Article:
Daring Brides

By: Ava Miles

“I’ve been trying to tell you that for hours,” he said in a huskier voice than usual.

“I asked Grandpa to tell me the keys to a happy marriage.” Tanner’s dark eyes never left her face as she relayed what he’d said.

When she finished, he said, “I’m not worried about it.”

Even though she wasn’t either, she asked, “You’re not?”

His smile was devilish and charming at the same time. “No. If marriage is anything like running a newspaper, I plan on winning a Pulitzer.”

And as he swept her up into his arms, she whispered in his ear, “Me too.”

Jill & Brian

When Jill Hale had imagined her wedding as a child, she’d envisioned hundreds of friends and families seated in purple velvet chairs under a pink circus tent, the smell of lemonade ices perfuming the air as she married her best friend, Brian McConnell. The morning of her wedding would be magical and straight out of a storybook, just as it should be for a princess.

As she entered her teenage years, her vision changed, and her dream wedding took on an earthier feel. The large gathering would take place in one of the mountainous valleys surrounding her hometown, just as the wildflowers popped open. Then she and Brian had a picnic in just such a bucolic valley with their best friends, Jemma and Pete, and were swarmed by an avalanche of bugs, which put an early end to that notion.

After Brian McConnell broke her heart and took off to New York City after high school to become a chef, her big day changed yet again, turning edgier. She would marry an artist with shaggy long hair who liked to write her poetry. A love priestess would bless their union   with wild sage incense and ribbons the same colors of each chakra energy center in her and her partner’s bodies.

Now, at twenty-six, she was finally getting married, and her plans didn’t match any of her earlier visions.

Truth be told, she wasn’t having a large wedding, and though she’d looked into the pink circus tent out of curiosity, it turned out they were nearly impossible to rent, least of all to assemble. She wasn’t having it in a valley dotted with wildflowers—even if they could have sprayed for bugs, it was too cold on this early May day. And she wasn’t marrying a hippie artist to match her own creative self.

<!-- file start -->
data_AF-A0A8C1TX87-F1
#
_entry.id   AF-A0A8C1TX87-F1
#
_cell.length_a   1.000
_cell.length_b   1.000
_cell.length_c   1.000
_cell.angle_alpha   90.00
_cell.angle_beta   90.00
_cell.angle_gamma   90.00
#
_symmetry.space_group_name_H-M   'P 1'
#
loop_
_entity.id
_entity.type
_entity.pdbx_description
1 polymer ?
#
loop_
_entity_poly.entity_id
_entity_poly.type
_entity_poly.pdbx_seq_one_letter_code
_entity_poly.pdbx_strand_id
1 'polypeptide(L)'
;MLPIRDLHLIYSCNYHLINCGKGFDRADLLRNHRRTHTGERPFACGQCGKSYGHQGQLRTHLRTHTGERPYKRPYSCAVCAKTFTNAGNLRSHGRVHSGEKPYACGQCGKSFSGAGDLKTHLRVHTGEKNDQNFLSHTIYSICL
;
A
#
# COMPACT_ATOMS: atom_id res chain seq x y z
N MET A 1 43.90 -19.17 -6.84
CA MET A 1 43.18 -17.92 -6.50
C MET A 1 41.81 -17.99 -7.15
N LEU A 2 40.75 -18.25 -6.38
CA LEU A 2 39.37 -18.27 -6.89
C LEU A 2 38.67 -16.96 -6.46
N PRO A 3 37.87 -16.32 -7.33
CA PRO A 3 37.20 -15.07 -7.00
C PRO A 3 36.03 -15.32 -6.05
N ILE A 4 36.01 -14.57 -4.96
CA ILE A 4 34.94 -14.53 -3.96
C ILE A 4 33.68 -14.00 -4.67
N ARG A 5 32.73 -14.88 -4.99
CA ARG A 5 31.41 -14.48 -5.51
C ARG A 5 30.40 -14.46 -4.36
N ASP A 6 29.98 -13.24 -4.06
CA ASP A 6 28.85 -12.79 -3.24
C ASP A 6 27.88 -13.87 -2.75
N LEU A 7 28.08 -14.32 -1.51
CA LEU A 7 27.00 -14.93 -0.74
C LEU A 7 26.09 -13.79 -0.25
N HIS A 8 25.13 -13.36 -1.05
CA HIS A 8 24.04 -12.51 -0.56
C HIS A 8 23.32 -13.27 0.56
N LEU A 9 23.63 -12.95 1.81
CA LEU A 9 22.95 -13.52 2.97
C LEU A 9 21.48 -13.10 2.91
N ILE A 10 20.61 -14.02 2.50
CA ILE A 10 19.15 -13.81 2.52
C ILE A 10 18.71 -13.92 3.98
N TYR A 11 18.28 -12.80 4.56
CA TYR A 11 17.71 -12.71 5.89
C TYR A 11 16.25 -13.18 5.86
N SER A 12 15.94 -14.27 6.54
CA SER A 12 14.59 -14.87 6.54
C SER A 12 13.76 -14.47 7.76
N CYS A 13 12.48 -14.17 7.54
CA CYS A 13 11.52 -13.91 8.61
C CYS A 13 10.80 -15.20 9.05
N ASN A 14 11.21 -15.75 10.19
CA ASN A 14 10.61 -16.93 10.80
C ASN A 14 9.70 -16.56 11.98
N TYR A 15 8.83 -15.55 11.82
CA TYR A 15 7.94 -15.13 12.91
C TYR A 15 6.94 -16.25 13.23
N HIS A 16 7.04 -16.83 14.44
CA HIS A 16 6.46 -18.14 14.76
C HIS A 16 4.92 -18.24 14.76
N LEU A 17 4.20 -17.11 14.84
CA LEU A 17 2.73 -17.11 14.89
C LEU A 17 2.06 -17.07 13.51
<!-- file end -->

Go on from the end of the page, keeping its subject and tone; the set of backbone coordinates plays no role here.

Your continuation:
But she was marrying Brian McConnell, her best friend from childhood and the love of her life, and when it came down to it, nothing was more important.

They were getting married on a Friday, which was the only day they could book their local pastor on short notice. Speed was a must because she and Brian had accidentally made a bun in the oven way before they were ready. But they were finally in love. Correction. Brian was finally in love with her. That blockhead had made her wait nearly her whole life, but now that he’d found his brain like the Scarecrow Groom he was, she didn’t care.

She was mostly over the moon about the baby now—except for the puking part—but having a baby had prompted a different approach to wedding planning.

It was like they’d ordered the fast-food wedding special—even though Brian hated it when she called it that. He was such a gourmet food snob sometimes. But she wasn’t complaining. She’d dreamed about marrying Brian McConnell since the third grade. Now she was going to have him for good.

But everything had been so hectic lately, what with her new “Love”—emphasis on the capital L—relationship with Brian, the BABY—who deserved all caps—her new job with The Grand Mountain Hotel, and training Margie to be the new manager of her coffee shop, Don’t Soy With Me. And that was why she was currently locked in her sister Meredith’s bathroom while her mom, her sister, her Denver cousins, and her dear friend, Peggy McBride, chatted outside. They were laughing about something, and she felt a little left out, but it felt good to take this quick moment for herself.

“Jill!” Meredith called. “Did you fall in or something? Come on, we need to get to the church pretty soon.”

Her makeup was flawless, she had to admit, and it did a great job of covering the red splotches on her face from an early-morning bout of morning sickness. She hadn’t put on her dress yet or her shoes. She prayed no one would notice that the bride wore a size eleven heel. Please God let them be too busy gazing in wonder at the most beautiful bride they’d ever seen. Her. She could finally look in the mirror and see her beauty. Brian had helped with that, but she’d mostly done it herself.

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